—With regard to Dr Johnson's first comment, the semiquantitative technique for culturing intravascular catheters, and, specifically, the use of greater than 15 CFUs as denoting infection, has been reaffirmed in studies in a number of other centers besides our own as being of value for distinguishing infected catheters from contamination during sampling.1-3 The fact that a positive semiquantitative culture is not associated with local signs of infection or bacteremia does not detract from the usefulness of the technique. A positive semiquantitative culture without local or systemic signs of infection may represent "colonization." But the situation is similar to asymptomatic bacteriuria, in which greater than 105 CFUs/mL of clean voided urine is widely considered to represent infection4; the fact that a patient with a urine culture showing greater than 105 CFUs/mL does not have pyuria, bacteremia, or signs of infection does not detract from the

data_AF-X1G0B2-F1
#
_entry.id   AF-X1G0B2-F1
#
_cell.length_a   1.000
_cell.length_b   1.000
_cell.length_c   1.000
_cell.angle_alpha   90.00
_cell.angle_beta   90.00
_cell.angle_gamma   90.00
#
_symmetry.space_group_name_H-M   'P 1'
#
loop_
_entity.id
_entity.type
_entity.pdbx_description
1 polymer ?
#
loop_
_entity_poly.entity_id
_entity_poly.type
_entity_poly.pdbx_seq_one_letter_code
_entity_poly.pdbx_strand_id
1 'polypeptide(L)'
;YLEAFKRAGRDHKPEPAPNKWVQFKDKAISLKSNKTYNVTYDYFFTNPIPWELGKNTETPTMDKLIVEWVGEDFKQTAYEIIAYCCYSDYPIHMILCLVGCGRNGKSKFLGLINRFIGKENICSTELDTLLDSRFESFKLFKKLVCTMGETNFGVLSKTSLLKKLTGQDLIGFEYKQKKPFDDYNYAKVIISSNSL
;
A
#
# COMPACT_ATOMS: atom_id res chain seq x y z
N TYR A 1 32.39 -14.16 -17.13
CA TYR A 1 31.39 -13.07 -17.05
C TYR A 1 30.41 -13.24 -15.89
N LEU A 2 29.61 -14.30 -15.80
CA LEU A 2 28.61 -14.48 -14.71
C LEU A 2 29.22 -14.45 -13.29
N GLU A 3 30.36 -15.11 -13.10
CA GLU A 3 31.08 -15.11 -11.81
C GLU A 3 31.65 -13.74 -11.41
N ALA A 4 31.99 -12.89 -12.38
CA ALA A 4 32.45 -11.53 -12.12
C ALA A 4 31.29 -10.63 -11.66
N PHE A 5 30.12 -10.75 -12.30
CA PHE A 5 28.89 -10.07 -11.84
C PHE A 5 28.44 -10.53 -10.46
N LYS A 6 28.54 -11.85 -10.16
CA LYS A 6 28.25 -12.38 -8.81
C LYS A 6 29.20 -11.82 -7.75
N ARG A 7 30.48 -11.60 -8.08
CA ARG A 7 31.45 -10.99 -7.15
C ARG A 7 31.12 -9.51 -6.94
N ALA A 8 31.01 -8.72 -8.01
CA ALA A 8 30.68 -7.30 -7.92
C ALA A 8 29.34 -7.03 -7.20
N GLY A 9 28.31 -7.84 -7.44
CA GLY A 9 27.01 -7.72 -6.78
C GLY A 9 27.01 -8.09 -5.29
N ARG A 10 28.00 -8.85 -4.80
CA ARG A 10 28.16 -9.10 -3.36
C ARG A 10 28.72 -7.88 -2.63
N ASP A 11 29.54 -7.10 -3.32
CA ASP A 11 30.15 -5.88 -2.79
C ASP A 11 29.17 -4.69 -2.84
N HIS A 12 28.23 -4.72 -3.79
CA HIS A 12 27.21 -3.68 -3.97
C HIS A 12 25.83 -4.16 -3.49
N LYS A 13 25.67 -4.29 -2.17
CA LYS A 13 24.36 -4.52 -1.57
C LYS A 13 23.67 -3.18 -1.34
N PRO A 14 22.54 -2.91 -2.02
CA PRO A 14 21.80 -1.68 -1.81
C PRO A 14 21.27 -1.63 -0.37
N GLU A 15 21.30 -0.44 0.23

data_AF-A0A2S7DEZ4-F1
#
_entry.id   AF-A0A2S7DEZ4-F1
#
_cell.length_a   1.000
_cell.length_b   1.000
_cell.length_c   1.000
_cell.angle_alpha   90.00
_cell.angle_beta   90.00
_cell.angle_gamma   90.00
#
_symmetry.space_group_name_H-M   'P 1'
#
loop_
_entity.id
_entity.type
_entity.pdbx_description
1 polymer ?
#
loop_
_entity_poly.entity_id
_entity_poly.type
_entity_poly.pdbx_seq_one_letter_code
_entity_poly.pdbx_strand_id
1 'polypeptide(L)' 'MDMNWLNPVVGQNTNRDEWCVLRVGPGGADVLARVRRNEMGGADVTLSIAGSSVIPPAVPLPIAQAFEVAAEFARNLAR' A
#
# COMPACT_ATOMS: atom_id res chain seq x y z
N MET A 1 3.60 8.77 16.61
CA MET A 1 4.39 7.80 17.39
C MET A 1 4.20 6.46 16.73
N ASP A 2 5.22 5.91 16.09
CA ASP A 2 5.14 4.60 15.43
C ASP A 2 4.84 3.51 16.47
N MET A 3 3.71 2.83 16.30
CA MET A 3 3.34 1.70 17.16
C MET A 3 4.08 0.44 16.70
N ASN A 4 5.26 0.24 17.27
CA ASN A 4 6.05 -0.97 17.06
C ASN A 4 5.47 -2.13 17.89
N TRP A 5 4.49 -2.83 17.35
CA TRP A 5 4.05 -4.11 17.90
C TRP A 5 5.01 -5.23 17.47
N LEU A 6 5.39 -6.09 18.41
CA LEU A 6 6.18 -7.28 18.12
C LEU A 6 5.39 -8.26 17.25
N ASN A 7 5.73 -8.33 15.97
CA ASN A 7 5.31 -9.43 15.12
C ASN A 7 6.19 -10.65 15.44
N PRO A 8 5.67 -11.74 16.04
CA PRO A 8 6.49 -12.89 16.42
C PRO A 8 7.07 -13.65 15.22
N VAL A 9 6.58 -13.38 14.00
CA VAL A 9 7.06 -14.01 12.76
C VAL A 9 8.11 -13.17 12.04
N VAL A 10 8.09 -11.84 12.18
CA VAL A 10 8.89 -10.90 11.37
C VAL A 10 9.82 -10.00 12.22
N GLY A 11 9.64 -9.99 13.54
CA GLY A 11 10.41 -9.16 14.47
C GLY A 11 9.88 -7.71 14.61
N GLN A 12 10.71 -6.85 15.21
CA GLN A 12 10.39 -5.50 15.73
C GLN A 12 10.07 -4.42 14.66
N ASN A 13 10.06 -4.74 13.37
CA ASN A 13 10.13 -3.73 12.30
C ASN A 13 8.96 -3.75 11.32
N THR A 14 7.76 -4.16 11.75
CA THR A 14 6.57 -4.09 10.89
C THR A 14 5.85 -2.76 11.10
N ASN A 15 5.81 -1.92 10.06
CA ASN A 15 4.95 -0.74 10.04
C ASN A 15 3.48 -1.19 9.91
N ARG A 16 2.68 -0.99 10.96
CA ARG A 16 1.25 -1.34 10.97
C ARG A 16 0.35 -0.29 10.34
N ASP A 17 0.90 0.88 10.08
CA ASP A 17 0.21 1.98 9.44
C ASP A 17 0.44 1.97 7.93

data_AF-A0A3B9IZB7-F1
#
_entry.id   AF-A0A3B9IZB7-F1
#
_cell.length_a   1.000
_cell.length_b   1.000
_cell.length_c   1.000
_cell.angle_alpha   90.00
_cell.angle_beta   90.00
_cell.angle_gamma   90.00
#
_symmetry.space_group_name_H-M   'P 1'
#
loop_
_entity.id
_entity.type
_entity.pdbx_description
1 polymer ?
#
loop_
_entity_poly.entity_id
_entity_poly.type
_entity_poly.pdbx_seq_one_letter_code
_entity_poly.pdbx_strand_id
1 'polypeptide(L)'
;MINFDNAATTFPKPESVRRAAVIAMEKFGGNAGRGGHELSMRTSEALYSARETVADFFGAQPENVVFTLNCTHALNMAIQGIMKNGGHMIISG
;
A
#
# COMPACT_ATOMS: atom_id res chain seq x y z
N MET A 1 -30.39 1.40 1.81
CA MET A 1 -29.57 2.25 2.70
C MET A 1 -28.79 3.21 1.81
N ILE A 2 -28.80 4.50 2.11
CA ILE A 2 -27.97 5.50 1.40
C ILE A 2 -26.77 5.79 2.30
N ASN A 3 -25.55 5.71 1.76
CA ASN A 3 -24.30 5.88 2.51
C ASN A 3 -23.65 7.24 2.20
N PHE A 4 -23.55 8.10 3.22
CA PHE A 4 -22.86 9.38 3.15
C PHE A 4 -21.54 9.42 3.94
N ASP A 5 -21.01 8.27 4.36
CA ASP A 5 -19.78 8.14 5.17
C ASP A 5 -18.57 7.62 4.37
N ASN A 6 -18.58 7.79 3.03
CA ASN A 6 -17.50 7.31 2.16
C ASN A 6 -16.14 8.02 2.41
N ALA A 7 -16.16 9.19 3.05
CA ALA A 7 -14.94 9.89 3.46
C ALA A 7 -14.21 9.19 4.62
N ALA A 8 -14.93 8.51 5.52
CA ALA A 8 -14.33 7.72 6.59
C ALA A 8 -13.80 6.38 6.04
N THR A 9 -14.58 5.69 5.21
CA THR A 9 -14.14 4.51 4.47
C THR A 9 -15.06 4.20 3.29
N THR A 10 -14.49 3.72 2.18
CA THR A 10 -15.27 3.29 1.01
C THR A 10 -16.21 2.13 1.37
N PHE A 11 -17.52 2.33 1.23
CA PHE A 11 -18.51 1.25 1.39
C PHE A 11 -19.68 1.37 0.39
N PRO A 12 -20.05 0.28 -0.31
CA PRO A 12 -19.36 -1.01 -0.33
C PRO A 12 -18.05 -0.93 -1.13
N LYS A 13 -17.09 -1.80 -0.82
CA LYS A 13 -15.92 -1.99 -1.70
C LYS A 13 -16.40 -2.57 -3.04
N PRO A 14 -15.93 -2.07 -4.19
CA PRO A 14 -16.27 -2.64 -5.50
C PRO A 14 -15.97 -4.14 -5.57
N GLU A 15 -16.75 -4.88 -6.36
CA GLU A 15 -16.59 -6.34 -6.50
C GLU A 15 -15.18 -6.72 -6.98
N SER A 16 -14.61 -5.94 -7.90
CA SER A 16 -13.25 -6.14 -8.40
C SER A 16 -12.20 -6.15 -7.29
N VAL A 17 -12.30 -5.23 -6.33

Maki DG. Dressing Regimens and Intravenous Catheter—Related Infections-Reply. JAMA. 1988;259(10):1498–1499. doi:10.1001/jama.1988.03720100020024
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